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The Trouble with the Movies


At the age of twenty-two, composer Benjamin Britten learned some important lessons about composing–by going to the movies.

The year was 1935, and a producer working for the British government film unit asked Britten to write music for a series of documentaries. Already working for the unit were some of the great literary luminaries of Britten’s generation–W.H. Auden, Louis MacNeice, and Christopher Isherwood. An added benefit for Britten was the discipline that came with having to work quickly to specifications, even when inspiration was lacking.

Britten also learned how to write for small ensembles and how to create unusual musical textures since he was sometimes called upon to help make sound effects.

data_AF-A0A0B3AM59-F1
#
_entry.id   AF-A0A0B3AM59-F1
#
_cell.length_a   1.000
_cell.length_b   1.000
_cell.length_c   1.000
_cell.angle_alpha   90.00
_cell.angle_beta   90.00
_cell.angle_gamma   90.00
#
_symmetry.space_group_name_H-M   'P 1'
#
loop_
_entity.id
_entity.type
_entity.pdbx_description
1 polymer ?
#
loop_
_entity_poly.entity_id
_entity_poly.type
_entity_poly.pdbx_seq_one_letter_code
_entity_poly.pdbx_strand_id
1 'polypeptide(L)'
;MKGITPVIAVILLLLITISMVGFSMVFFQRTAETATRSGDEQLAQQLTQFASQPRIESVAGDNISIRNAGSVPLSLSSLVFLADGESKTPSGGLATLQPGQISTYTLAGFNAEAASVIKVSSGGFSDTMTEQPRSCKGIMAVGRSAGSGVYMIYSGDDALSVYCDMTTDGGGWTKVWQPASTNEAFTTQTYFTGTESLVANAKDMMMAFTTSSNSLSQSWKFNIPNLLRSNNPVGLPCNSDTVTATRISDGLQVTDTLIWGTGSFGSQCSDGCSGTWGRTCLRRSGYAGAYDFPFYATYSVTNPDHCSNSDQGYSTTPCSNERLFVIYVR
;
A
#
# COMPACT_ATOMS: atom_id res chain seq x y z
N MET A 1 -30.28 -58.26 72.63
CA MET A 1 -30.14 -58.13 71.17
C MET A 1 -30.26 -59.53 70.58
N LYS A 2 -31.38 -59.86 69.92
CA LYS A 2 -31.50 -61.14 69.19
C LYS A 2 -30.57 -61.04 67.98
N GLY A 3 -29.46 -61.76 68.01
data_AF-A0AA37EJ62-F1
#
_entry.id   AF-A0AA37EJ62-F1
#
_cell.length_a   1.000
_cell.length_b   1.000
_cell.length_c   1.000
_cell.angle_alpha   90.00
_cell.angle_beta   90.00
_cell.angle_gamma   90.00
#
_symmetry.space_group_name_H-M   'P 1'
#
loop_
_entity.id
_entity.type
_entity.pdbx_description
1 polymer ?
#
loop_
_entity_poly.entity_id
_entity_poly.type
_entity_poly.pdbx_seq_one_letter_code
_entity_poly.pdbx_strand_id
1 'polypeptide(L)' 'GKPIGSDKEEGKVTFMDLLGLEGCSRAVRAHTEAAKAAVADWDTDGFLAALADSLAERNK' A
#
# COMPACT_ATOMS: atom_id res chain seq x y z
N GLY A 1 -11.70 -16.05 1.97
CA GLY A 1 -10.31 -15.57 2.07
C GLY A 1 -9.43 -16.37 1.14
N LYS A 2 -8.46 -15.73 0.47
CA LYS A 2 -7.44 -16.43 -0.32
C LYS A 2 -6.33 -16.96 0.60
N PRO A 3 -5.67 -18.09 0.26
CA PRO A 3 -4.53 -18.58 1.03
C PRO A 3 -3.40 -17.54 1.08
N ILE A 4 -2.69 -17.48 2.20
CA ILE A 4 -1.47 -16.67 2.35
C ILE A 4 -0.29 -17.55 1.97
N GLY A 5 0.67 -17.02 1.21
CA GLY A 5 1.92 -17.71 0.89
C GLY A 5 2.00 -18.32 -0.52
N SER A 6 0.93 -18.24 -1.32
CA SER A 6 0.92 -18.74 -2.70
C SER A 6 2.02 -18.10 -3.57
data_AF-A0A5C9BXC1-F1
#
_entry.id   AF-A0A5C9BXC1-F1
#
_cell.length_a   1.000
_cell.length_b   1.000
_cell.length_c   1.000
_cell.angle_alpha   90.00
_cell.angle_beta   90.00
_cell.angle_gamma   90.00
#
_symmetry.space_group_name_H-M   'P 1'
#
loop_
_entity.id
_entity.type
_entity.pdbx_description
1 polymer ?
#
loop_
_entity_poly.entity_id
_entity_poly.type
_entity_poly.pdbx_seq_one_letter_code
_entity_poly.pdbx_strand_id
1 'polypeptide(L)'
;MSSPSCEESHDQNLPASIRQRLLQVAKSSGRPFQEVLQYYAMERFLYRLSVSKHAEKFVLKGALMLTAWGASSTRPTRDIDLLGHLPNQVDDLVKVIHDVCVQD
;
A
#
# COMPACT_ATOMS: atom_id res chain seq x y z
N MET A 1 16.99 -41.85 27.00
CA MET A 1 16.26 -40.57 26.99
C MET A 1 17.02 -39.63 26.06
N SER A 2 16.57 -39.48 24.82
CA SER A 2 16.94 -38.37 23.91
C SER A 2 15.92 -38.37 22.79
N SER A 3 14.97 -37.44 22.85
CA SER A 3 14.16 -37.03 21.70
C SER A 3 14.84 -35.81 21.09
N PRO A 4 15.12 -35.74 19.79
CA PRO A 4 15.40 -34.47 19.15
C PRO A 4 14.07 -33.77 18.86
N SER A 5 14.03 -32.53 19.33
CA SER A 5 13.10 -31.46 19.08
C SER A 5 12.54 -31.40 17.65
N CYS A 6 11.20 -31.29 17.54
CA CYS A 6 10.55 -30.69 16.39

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While he was working for the government film unit, Britten was commissioned by an outside producer to write music for a feature film, Love from a Stranger, starring Basil Rathbone and Ann Harding. From that experience he quickly learned about the darker side of writing film scores. For weeks at a time, the director kept him on standby at the studio and then expected him to write something on short notice only to have it scrapped when the director changed his mind.

Britten finished the feature film score on time, but the ordeal soured him on writing anything else for feature films. His one weakness was for the books of Arthur Ransome, and the author did approach Britten about writing a score for him, but the project never materialized, and although Benjamin Britten received many other offers to write for the movies, he turned down every one of them.

At the age of twenty-two, Benjamin Britten had learned all he needed to know about the bright and the dark side of composing for films.

The story is told in the 1986 biography My Brother Benjamin by Beth Britten.